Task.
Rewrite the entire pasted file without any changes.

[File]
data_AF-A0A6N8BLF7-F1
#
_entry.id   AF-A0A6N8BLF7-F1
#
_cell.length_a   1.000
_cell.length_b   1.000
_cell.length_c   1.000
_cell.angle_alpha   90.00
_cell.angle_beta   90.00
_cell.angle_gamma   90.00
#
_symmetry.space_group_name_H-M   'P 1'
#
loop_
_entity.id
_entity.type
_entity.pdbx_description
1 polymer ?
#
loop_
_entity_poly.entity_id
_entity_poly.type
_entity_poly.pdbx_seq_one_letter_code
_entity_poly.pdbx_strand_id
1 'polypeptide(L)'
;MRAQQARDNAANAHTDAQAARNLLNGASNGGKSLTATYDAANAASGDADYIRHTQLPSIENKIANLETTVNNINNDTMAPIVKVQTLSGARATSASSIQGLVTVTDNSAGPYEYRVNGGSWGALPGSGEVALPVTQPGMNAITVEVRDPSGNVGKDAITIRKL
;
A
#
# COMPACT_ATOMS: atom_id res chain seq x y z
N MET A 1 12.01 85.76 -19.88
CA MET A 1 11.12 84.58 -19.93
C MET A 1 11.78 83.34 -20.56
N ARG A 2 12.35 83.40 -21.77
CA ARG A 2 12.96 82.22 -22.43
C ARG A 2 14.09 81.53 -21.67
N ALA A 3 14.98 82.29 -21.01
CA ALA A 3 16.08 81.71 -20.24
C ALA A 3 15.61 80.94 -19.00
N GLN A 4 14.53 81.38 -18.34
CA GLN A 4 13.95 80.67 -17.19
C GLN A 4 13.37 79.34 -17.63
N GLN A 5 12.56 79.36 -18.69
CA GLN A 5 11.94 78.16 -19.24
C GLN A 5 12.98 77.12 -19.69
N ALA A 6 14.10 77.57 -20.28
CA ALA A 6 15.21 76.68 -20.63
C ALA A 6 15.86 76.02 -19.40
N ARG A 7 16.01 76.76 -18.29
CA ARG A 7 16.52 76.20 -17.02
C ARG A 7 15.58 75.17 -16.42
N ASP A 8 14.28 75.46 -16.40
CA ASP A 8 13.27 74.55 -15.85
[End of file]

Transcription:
data_AF-A0A6N8BLF7-F1
#
_entry.id   AF-A0A6N8BLF7-F1
#
_cell.length_a   1.000
_cell.length_b   1.000
_cell.length_c   1.000
_cell.angle_alpha   90.00
_cell.angle_beta   90.00
_cell.angle_gamma   90.00
#
_symmetry.space_group_name_H-M   'P 1'
#
loop_
_entity.id
_entity.type
_entity.pdbx_description
1 polymer ?
#
loop_
_entity_poly.entity_id
_entity_poly.type
_entity_poly.pdbx_seq_one_letter_code
_entity_poly.pdbx_strand_id
1 'polypeptide(L)'
;MRAQQARDNAANAHTDAQAARNLLNGASNGGKSLTATYDAANAASGDADYIRHTQLPSIENKIANLETTVNNINNDTMAPIVKVQTLSGARATSASSIQGLVTVTDNSAGPYEYRVNGGSWGALPGSGEVALPVTQPGMNAITVEVRDPSGNVGKDAITIRKL
;
A
#
# COMPACT_ATOMS: atom_id res chain seq x y z
N MET A 1 12.01 85.76 -19.88
CA MET A 1 11.12 84.58 -19.93
C MET A 1 11.78 83.34 -20.56
N ARG A 2 12.35 83.40 -21.77
CA ARG A 2 12.96 82.22 -22.43
C ARG A 2 14.09 81.53 -21.67
N ALA A 3 14.98 82.29 -21.01
CA ALA A 3 16.08 81.71 -20.24
C ALA A 3 15.61 80.94 -19.00
N GLN A 4 14.53 81.38 -18.34
CA GLN A 4 13.95 80.67 -17.19
C GLN A 4 13.37 79.34 -17.63
N GLN A 5 12.56 79.36 -18.69
CA GLN A 5 11.94 78.16 -19.24
C GLN A 5 12.98 77.12 -19.69
N ALA A 6 14.10 77.57 -20.28
CA ALA A 6 15.21 76.68 -20.63
C ALA A 6 15.86 76.02 -19.40
N ARG A 7 16.01 76.76 -18.29
CA ARG A 7 16.52 76.20 -17.02
C ARG A 7 15.58 75.17 -16.42
N ASP A 8 14.28 75.46 -16.40
CA ASP A 8 13.27 74.55 -15.85